Witness concludes gay activists wanted Prof Bain's service terminated
The 15-day hearing into the lawsuit filed by Professor Brendan Bain against the University of the West Indies (UWI) over his dismissal last year began yesterday in the Full Court.
Bain, during his testimony, tendered into evidence the contract dated December 19, 2012 which he signed with the UWI when he was hired as director of Caribbean HIV/AIDS Training Network (CHART). He said the contract was signed shortly before he retired from his post at the university.
The UWI fired the noted health professional last May after alleging that his constituents had lost confidence in him. The move followed the decision of the professor to provide a 2012 expert report, which appeared to support the retention of anti-sodomy laws that were being challenged in Belize by a gay man.
The first witness called for the claimant was Dr Wycliffe Wright, a Jamaican who practises medicine in Tennessee, USA. He said when he read an article in the newspaper about the issue concerning Bain, he came to the conclusion that gay activists wanted his service to be terminated.
BAIN SEEKING DAMAGES
Bain is seeking damages for breach of contract, breach of constitutional rights and defamation.
The injunction barring the removal of the professor expires today, and the court will hear legal arguments as to whether it should be extended.
Yesterday, the Full Court, comprising Justices Lennox Campbell, Paulette Williams and Frank Williams, turned down two applications made by attorney-at-law Georgia Gibson Henlin, who is representing Bain. Gibson Henlin sought to have certain paragraphs in the witness statement of Professor E. Nigel Harris, who is vice-chancellor of the UWI, Mona, at the time, struck out. She had also applied to the court for a third witness statement by Bain to be admitted into evidence.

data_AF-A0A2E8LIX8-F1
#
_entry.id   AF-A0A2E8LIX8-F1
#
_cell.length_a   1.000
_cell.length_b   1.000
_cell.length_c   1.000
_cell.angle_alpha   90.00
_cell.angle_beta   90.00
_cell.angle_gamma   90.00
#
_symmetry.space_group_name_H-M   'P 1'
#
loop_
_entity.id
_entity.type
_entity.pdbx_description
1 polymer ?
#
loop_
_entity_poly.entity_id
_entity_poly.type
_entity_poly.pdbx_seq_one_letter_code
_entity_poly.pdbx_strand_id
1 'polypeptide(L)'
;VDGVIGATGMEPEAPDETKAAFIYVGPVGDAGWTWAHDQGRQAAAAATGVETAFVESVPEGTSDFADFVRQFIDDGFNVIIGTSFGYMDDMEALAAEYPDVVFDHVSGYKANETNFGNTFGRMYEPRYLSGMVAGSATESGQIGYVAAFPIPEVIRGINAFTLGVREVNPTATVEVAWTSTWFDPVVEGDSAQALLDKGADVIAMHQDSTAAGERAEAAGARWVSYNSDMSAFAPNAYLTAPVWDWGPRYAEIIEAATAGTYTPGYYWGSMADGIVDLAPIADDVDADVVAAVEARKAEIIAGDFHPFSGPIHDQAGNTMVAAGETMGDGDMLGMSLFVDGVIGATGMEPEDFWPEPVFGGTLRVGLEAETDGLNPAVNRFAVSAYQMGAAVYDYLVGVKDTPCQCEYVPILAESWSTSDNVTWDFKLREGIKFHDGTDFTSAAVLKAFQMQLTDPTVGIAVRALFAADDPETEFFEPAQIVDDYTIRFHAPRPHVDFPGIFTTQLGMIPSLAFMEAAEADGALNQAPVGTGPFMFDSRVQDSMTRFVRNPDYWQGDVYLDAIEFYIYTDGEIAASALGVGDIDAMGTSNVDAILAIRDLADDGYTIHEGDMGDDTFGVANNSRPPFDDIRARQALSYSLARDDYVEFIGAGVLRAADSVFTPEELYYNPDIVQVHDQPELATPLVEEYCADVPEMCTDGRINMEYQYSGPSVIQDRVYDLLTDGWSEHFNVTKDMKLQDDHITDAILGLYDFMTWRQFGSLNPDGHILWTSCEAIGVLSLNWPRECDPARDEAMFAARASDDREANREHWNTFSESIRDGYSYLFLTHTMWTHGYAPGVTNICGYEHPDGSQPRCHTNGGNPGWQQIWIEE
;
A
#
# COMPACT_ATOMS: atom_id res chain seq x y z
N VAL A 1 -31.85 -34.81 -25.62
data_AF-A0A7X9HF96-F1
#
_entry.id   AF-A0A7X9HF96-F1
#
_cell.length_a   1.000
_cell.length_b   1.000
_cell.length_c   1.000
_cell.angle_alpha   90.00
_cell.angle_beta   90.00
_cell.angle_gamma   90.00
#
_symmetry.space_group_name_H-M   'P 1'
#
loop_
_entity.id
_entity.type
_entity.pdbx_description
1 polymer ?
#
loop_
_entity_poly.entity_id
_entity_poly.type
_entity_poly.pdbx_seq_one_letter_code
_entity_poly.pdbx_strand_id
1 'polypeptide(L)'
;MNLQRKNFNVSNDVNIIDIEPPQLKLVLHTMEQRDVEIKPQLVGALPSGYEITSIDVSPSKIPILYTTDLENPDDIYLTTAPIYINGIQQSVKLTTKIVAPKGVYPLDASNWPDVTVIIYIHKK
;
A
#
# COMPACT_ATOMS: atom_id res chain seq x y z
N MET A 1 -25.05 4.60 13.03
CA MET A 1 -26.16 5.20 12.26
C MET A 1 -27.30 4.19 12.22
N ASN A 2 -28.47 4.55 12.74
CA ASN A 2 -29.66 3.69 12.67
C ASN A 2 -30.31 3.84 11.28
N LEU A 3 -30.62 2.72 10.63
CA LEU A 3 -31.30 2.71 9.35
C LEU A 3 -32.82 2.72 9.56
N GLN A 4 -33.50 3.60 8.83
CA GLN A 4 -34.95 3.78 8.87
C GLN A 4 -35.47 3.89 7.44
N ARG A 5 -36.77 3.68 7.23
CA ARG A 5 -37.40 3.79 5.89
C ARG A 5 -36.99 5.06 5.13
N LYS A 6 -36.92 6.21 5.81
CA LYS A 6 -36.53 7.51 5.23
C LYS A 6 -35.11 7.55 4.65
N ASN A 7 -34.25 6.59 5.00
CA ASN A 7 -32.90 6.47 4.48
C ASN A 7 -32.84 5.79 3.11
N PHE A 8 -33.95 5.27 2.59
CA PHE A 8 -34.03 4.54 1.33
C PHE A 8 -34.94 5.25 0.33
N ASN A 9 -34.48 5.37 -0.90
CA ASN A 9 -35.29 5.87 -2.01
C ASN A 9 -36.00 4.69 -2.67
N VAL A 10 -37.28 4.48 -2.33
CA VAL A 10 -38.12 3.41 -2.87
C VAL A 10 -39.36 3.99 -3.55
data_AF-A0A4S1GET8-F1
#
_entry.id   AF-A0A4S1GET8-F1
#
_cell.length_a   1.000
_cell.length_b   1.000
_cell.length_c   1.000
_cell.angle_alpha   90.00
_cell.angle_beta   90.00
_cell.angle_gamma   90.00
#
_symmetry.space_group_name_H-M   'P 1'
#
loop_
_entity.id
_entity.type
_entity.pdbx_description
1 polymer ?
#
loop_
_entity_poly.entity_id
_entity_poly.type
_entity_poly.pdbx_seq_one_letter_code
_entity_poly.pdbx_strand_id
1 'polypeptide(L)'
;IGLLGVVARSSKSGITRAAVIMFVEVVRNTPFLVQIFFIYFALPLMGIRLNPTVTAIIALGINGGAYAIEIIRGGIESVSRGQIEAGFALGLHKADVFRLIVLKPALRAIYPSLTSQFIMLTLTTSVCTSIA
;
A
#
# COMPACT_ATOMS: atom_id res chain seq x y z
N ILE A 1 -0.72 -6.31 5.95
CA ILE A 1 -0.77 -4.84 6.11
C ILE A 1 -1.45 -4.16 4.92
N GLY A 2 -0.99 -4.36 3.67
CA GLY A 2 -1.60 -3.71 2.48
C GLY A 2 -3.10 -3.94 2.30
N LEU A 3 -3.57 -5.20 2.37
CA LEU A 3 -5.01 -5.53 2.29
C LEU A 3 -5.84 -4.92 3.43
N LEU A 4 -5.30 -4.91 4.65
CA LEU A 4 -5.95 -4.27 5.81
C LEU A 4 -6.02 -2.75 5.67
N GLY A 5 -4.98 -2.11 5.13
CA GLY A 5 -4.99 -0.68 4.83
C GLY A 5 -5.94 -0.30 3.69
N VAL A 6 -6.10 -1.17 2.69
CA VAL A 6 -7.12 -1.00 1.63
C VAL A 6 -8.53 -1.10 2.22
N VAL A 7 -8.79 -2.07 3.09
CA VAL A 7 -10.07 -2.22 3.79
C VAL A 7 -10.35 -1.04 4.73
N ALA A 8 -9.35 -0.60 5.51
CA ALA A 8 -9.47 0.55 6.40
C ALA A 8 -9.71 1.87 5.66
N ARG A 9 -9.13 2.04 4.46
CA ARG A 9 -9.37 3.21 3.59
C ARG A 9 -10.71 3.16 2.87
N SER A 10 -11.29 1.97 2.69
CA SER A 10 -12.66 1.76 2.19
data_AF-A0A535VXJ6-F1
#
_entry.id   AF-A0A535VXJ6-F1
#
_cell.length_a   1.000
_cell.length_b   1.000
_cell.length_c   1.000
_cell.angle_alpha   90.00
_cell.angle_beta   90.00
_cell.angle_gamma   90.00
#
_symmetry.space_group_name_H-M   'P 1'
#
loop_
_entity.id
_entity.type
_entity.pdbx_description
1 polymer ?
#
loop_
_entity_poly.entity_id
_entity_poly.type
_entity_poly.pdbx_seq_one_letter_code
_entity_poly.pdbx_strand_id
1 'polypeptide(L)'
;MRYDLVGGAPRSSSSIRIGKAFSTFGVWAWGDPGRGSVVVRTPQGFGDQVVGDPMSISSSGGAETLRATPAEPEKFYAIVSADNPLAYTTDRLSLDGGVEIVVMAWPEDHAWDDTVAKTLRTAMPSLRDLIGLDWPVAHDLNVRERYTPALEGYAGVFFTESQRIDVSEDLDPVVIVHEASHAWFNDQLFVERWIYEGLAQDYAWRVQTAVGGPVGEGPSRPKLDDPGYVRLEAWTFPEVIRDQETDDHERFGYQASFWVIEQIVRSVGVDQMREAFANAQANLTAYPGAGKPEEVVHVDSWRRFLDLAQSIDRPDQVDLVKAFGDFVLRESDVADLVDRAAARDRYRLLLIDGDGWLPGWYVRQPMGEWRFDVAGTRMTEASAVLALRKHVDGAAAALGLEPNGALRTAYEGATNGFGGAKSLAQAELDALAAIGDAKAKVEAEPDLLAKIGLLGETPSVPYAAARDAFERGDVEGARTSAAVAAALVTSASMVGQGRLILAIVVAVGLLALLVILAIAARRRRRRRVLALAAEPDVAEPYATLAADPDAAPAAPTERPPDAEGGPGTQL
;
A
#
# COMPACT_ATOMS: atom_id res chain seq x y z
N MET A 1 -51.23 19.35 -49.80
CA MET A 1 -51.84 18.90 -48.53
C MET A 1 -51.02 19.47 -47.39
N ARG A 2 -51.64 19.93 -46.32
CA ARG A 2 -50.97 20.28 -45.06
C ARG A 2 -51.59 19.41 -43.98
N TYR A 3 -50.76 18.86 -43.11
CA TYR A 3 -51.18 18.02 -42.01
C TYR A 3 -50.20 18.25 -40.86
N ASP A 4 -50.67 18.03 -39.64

The applications were opposed by attorneys-at-law Hugh Small, QC, Christopher Kelman, Krishna Desai and Rachel McLarty, who are representing the UWI.
Director of litigations in the Office of the Attorney General, Carlene Larmond, has been given two days to make legal submissions in the case. The attorney general has taken an interest in the matter because the case involves constitutional issues.
The case was set for hearing for five days, but yesterday the court decided that there should be no break in the hearing and it was instead set for 15 days.
During the submissions yesterday, Small argued that Bain's contract would have ended in December 2014. He said the USA donor for the programme had sent a letter terminating the programme in September 2014, and since then the staff who Professor Bain supervised were laid off.
However, Gibson Henlin said the claimant had witness statement that stated that the fund went into 2015.